Chasing sunshine and great training weather might sound amazing, but it comes with a cost: Between the travel itself and the disruption from your routines, it can sometimes be more beneficial to stay home. I love traveling and training in new places, and there come points where you could definitely use that boost, whether it’s because you’re going to a skills camp or training camp with people, or you’re just freaking cold being in Ontario all winter (ahem). So travel is an awesome way to get in some solid training and frankly, it’s a blast… But when you’re talking long-term travel, it can be challenging to set up a daily training environment that really suits your goals for more than a week or two. When you’re talking two or three months, you start realizing that there are things you took for granted at home.
Getting away for a block can be fantastic—but it does come at a cost. This past trip, I was thinking about the few things I really missed when we were away from home, and while I wouldn’t trade our experiences, I thought this list might be a good reminder for people considering long-term travel for training. And for me, it’s a good exercise in thinking about what I can bring next time to avoid feeling like I miss certain things!
Our mattress + sheets
We don’t have an amazing mattress or cooling pad or anything like that. We have a fairly inexpensive Endy mattress that we recently got and really liked. (We do have fantastic—and cheap!—bamboo sheets that are great for cooling though.) What I missed wasn’t so much our specific sleeping stuff, I missed the consistency of our at home sleeping environment. I love our little fan that makes just the right amount of white noise, I like having a fully dark room, I like waking up knowing what room I’m in! And from an athlete perspective, we’ve switched apartments four times in the last three months, which does wear on you.
Our Massive Frying Pan
When we got to Girona, we had to immediately go hunting for a frying pan because our first AirBNB only had a single-serve pan option. Our breakfast is always veggies, eggs and potatoes, and we eat A LOT. Without spending much money since we have no space to transport a pan home with us, we got a cheap 12″ pan that works fine… but it’s not our optimal pan. Again, we didn’t even have a super pricey giant pan, just one that I love!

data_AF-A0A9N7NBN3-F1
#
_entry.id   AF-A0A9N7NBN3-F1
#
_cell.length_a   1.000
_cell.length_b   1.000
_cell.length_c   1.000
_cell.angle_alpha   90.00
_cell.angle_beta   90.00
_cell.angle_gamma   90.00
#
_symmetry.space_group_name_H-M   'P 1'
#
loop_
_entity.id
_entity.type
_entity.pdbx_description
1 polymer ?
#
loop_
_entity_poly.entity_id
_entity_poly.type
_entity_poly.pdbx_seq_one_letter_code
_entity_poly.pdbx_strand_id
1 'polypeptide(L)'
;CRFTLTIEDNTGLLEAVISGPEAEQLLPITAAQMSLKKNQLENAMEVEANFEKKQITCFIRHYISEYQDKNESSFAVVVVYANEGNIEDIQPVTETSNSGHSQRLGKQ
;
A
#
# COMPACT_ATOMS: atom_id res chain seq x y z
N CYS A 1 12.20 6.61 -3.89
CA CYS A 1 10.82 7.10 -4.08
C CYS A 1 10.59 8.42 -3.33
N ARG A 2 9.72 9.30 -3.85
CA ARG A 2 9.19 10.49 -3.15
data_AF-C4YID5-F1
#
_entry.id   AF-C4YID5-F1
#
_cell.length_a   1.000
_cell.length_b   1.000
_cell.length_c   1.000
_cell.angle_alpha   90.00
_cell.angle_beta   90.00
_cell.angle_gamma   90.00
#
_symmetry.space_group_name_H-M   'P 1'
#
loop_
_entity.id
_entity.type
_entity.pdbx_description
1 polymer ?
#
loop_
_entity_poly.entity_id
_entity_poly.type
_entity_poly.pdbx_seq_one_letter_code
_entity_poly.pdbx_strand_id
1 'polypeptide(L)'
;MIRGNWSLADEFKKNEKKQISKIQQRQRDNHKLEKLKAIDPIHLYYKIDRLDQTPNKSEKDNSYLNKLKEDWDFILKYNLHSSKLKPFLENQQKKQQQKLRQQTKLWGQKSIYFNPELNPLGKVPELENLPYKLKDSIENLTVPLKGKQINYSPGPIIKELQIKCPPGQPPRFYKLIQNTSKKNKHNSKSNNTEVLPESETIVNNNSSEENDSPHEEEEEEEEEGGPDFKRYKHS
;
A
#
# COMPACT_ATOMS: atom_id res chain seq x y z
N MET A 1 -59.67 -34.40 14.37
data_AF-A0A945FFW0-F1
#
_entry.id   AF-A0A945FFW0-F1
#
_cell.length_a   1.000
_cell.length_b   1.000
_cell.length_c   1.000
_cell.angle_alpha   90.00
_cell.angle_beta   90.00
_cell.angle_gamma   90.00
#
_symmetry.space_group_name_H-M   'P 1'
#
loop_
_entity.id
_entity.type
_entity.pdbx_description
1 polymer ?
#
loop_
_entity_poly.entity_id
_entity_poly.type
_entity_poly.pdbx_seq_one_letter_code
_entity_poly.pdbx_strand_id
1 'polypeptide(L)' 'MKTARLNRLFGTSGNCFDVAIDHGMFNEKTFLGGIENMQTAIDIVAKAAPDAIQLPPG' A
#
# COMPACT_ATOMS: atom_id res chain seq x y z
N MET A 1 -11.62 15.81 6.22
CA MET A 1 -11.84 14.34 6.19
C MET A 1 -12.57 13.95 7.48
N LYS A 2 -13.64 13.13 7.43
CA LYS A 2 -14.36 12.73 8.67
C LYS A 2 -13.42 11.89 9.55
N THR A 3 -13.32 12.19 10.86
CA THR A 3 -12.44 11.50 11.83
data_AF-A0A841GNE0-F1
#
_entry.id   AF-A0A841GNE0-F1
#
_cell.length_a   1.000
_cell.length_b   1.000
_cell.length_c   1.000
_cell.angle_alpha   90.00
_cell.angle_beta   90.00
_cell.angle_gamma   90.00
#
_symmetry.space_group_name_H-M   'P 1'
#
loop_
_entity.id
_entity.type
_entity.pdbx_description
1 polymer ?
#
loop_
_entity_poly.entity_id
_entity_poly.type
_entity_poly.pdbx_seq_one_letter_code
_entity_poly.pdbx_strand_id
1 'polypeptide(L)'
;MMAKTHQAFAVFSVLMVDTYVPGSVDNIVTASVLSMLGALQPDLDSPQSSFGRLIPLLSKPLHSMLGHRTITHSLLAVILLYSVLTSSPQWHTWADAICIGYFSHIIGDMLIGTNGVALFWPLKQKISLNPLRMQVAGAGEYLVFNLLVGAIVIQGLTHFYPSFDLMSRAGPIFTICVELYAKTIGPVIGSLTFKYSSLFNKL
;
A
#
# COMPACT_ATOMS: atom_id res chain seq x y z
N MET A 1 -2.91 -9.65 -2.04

A Yoga Mat
Admittedly, I could have bought a new one since they’re cheap as hell. And I actually did… Or attempted to. I got a ‘workout mat’ for five Euros at Decathlon at the start of this trip, knowing I would want a mat for my daily yoga routine in the morning. The mat might be great for core work, but it turns out, it’s super slippery. I should have just brought my yoga mat from home as a wrap for my bike, or should have gotten a super-light travel one.
Our Good Chef’s Knife
I say it often, but one thing that stood out when I was interviewing people for my book Fuel Your Ride was Georgia Gould telling me that if I had nothing else, I needed a good chef’s knife. I mention that a lot because it makes a huge difference in how easy it is to make a vegetable-heavy meal, and enjoy the cooking process. So far, no place we’ve stayed has one.
More Than 1 Set of Running Shoes
This was a dumb move on my part, but I only brought my trail running sneakers plus a couple pairs of barefoot shoes. I was unlucky and had my cramping problems flare up again, and during that time, I couldn’t use barefoot shoes because my heels needed a lift to give my calves some relief, so I was relegated to wearing my trail shoes at all times. Added to that, we had some unexpected crap weather and I couldn’t go on the trails for a few days, which meant pounding pavement in trail sneakers.
What can I change next time?
Unlike past trips, I’ll say I made a lot of really good calls in terms of what I packed, and most things have gotten used. There’s always a few items of clothing that don’t get worn because the weather wasn’t what I expected, etc., but for the most part, everything I packed has been put to good use. For any long trips we take from now on, there are a few things on this list that can travel with us, no problem:
- Bamboo sheet set (especially since it can be used to armor the bike a bit!)
- Road-running sneakers
- Chef knife (just not in my carryon!)
Before you embark on any trip longer than say, 2 weeks, especially if it’s a training trip, I really want to urge people to think about what the optimal daily environment looks like, from sleeping to cooking to training to cleaning to self-care, and pack accordingly. You probably don’t need that third sundress, but the second pair of running shoes? Essential.